Why Investors Should Seek Out Diversification In A Downturn

The following post was written and/or published as a collaboration between Benzinga’s in-house sponsored content team and a financial partner of Benzinga.

Uncertainty has become the watchword of 2020, seemingly on all fronts.

This cloud of uncertainty has clearly wreaked havoc than within investment portfolios. The major market indexes are coming off their worst quarter since 1987, the CBOE Volatility Index (VIX) has reached its highest level since the 2008 financial crisis, and major investment funds have been forced to seek financial aid from the Federal Reserve as redemptions skyrocket and threaten a liquidity crisis similar to occurred in the last recession more than a decade ago.

Bad as the last month has been, investors should bear in mind that periods of economic strife are not insurmountable. Although money can languish in uncertain times, effective deployment of investment capital across a wider array of assets now can mean the difference between rebuilding a portfolio in months or rebuilding it in years.

While investment capital may face some risks as markets adapt to new economic circumstances, historical trends within alternative investments like real estate can help guide investors through this lastest instance of financial instability through sound and risk-managed decisions for how to grow your savings in times of uncertainty.

Steady Income In Unsteady Markets

As mentioned above, liquidity remains a pressing concern when economic conditions grow volatile. Oftentimes, this means maintaining liquid investments or cash on hand simply for the sake of having capital available in the short-term.

But while a certain degree of liquidity within a portfolio is critical, investors in the midst of a crisis have increasingly gravitated toward the income-generating opportunities inherent in less liquid assets such as debt financing, real estate, and REITs. Investment vehicles with exposure to these alternative assets have provided income yield of upward of 4% in addition to whatever appreciation they accrue over their lifetime.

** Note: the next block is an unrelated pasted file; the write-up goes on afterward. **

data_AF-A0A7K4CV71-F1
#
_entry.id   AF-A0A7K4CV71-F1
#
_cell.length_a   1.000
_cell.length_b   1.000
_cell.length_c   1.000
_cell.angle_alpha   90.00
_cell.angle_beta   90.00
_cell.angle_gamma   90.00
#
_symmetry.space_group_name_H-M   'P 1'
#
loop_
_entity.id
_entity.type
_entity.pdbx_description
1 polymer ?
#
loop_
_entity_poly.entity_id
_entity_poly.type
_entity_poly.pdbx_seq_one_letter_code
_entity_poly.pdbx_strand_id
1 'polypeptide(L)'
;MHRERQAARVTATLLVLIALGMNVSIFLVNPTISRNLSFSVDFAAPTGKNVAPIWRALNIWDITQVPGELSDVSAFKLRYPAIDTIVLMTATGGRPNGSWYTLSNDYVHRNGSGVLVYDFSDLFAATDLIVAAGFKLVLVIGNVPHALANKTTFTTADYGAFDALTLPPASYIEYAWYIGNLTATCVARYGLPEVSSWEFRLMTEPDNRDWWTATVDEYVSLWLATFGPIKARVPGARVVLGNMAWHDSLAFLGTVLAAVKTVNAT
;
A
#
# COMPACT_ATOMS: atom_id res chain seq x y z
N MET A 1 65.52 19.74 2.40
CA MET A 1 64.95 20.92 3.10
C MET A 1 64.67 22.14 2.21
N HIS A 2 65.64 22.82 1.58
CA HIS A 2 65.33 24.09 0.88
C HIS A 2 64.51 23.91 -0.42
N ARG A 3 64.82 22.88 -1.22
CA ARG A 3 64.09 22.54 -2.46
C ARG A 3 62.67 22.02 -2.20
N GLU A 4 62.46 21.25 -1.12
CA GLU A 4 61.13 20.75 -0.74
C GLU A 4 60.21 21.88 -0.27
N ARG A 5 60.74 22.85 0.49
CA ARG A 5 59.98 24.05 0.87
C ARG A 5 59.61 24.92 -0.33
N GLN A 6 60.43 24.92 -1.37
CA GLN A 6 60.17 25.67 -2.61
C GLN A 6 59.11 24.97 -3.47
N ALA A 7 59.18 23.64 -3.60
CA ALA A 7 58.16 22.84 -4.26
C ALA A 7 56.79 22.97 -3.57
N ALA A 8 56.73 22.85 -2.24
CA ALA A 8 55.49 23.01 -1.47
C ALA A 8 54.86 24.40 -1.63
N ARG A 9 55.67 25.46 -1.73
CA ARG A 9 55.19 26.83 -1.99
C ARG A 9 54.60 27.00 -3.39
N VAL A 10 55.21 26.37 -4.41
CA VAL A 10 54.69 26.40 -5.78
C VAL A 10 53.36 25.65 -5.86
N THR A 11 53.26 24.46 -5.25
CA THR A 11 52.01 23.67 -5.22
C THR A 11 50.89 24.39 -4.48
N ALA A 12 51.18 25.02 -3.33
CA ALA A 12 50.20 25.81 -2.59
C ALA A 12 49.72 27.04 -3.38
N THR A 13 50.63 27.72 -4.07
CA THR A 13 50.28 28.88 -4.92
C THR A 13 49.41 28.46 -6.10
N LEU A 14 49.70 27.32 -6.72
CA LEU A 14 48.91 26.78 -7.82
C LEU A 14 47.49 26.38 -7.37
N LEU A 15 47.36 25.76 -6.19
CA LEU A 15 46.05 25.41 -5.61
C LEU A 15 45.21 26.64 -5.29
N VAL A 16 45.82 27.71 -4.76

Discover How Diversified REITs or Multifamily Equity Can Work in Your Portfolio

For their part, REITs have also shown to be somewhat resistant economic shocks. A 29-year survey of REIT performance compared to that of the S&P 500 by asset management firm Cohen & Steers showed REITs largely outperforming equities in most periods of the economic cycle.

image source: Cohen & Steers

This past performance, in addition to the passive income that REIT and other alternative assets have historically provided, previously served as a stable footing for investors unsure of how to allocate their portfolio following a drastic downturn.

Multifamily Real Estate

Of course, REITs are not the sole means by which investors can gain access to passive income in alternative assets. Recently, direct equity or debt financing investments in real estate have become one of the most compelling ways for retail investors to foster passive income within their portfolio, particularly as interest rates remain at historic, near-zero low.

The Freddie Mac Multifamily Apartment Investment Market Index (AIMI), which gauges the relative value of commercial multifamily real estate investment, recorded its highest annual growth in a decade the final quarter of 2019, thanks largely to falling mortgage rates and steady net operating income from tenants. While the recent economic downturn will no doubt affect this calculus, other factors promise to provide potential supports.

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Lease income is the primary avenue by which commercial lease property investments generate cash flow, which is why they have always been such a popular investment vehicle for those that could afford them. Rent growth is also averaging more than 3.5% over the past five years and outpacing inflation growth over the past eight, according to data from the U.S. Bureau of Labor Statistics.

U.S. Bureau of Labor Statistics, retrieved from FRED, Federal Reserve Bank of St. Louis

Despite the recent economic upheaval, commercial and multifamily real estate is likely to remain an investment focus for those seeking diversification given the persistent demand for rental properties that have developed over the previous decade. Data from the U.S. Census Bureau reveals that vacancy rental rates were at more than a three-decade low at the end of 2019.

A High Need, A High Demand

Obviously, much remains uncertain about how rental rates will be impacted in the coming months as renters and landlords struggle to find solutions to the economic standstill both groups find themselves in. Both groups need the other in order to survive and finding ways for basic affordable services like apartment leases will prove critical in the next few months of recovery.

Exposure to income-generating assets like real estate, in coordination with more traditional assets, has proven critical cushion as other asset classes also find their footing. 

The preceding post was written and/or published as a collaboration between Benzinga’s in-house sponsored content team and a financial partner of Benzinga. Although the piece is not and should not be construed as editorial content, the sponsored content team works to ensure that any and all information contained within is true and accurate to the best of their knowledge and research. This content is for informational purposes only and not intended to be investing advice.

Posted In: DiversyFundInflationmultifamilyrental ratesREITEducationTopicsPersonal FinanceGeneralReal Estate